Bedford, 12th October, 1816.
Accept, my good friend, my thanks for your kind letter of the 22d ult., and for the pamphlets enclosed with it. They came to my hands on the 2d inst. The state of my health is such, that I can read or write but little at a time without fatigue; and, therefore, I cannot prudently venture on the task you recommend.
Whether war of every description is prohibited by the gospel, is one of those questions on which the excitement of any of the passions can produce no light. An answer to it can result only from careful investigation and fair reasoning.
It appears to me that the gospel not only recognises the whole moral law, and extends and perfects our knowledge of it, but also enjoins on all mankind the observance of it. Being ordained by a legislator of infinite wisdom and rectitude, and in whom there is "no variableness," it must be free from imperfection, and therefore never has, nor ever will require amendment or alteration. Hence I conclude, that the moral law is exactly the same now that it was before the flood.
That all those wars and fightings are unlawful, which proceed from culpable desires and designs (or in Scripture language from lusts), on the one side or on the other, is too clear to require proof. As to wars of an opposite description, and many such there have been, I believe they are as lawful to the unoffending party in our days, as they were in the days of Abraham. He waged war against and defeated the five kings. He piously dedicated a tenth of the spoils; and, instead of being blamed, was blessed.
What should we think of a human legislator who should authorize or encourage infractions of his own laws? If wars of every kind and description are prohibited by the moral law, I see no way of reconciling such a prohibition with those parts of Scripture which record institutions, declarations, and interpositions of the Almighty which manifestly evince the contrary? If every war is sinful, how did it happen that the sin of waging any war is not specified among the numerous sins and offences which are mentioned and reproved in both the Testaments?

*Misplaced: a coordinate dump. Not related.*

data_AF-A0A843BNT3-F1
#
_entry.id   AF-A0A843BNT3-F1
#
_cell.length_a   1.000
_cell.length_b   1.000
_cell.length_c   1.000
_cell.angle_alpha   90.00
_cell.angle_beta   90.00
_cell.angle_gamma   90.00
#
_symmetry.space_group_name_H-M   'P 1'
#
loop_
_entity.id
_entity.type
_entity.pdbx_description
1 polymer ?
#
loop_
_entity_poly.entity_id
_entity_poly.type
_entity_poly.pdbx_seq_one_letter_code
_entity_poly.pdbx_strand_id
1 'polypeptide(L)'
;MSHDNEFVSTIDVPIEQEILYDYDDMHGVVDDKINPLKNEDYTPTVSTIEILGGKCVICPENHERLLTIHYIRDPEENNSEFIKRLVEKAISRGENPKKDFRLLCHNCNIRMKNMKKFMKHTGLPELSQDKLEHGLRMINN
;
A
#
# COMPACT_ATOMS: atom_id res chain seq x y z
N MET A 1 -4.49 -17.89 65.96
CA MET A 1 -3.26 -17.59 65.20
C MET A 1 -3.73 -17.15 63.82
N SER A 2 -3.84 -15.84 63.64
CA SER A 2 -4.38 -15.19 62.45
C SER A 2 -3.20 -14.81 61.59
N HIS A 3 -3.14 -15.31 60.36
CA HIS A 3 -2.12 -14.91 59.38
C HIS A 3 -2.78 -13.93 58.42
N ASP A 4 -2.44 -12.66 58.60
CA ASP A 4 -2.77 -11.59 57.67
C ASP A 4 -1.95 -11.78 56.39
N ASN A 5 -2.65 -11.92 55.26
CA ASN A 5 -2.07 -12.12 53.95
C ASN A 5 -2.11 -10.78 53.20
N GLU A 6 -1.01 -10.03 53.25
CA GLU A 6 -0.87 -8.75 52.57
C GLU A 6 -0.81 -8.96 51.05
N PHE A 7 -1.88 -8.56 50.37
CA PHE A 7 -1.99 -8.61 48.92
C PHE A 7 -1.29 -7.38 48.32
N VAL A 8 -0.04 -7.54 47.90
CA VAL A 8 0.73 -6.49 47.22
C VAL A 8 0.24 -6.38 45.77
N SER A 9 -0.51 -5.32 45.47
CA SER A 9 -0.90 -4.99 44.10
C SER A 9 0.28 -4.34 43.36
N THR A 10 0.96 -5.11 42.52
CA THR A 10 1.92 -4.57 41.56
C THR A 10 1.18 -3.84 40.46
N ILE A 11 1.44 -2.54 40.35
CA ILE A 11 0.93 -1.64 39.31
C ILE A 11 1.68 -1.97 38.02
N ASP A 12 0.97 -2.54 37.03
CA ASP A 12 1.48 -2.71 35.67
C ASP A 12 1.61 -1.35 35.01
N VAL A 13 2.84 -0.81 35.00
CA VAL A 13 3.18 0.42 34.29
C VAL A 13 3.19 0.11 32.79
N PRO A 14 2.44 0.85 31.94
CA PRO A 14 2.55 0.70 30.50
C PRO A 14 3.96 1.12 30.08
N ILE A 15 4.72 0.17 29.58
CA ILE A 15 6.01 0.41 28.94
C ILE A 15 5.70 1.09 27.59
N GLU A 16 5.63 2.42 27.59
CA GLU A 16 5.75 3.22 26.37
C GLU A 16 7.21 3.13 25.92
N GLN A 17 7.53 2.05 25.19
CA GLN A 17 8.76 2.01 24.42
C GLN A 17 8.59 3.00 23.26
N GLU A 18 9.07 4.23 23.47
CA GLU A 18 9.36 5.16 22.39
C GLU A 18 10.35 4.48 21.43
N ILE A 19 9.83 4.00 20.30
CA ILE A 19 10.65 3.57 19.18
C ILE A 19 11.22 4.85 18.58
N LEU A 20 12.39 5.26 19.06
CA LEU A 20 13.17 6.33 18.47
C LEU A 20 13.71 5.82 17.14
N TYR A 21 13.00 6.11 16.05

To collect and arrange the many facts and arguments which relate to this subject, would require more time and application than I am able to bestow. The aforegoing are hinted merely to exhibit some of the reasons on which my opinion rests.
It certainly is very desirable that a pacific disposition should prevail among all nations. The most effectual way of producing it, is by extending the prevalence and influence of the gospel. Real Christians will abstain from violating the rights of others, and therefore will not provoke war.
Almost all nations have peace or war at the will and pleasure of rulers whom they do not elect, and who are not always wise or virtuous. Providence has given to our people the choice of their rulers, and it is the duty, as well as the privilege and interest, of our Christian nation to select and prefer Christians for their rulers.
I thank you for the kind wishes expressed in the conclusion of your letter. They refer to topics on which I have been accustomed to meditate, and are far more important than any which belong to this transient scene.
With the best wishes for your welfare, in the most enlarged sense,
I remain, your obliged friend,
[From William Jay, The Life of John Jay, With Selections from his Correspondence and Miscellaneous Papers, New York, 1833, volume II, pp. 375-376]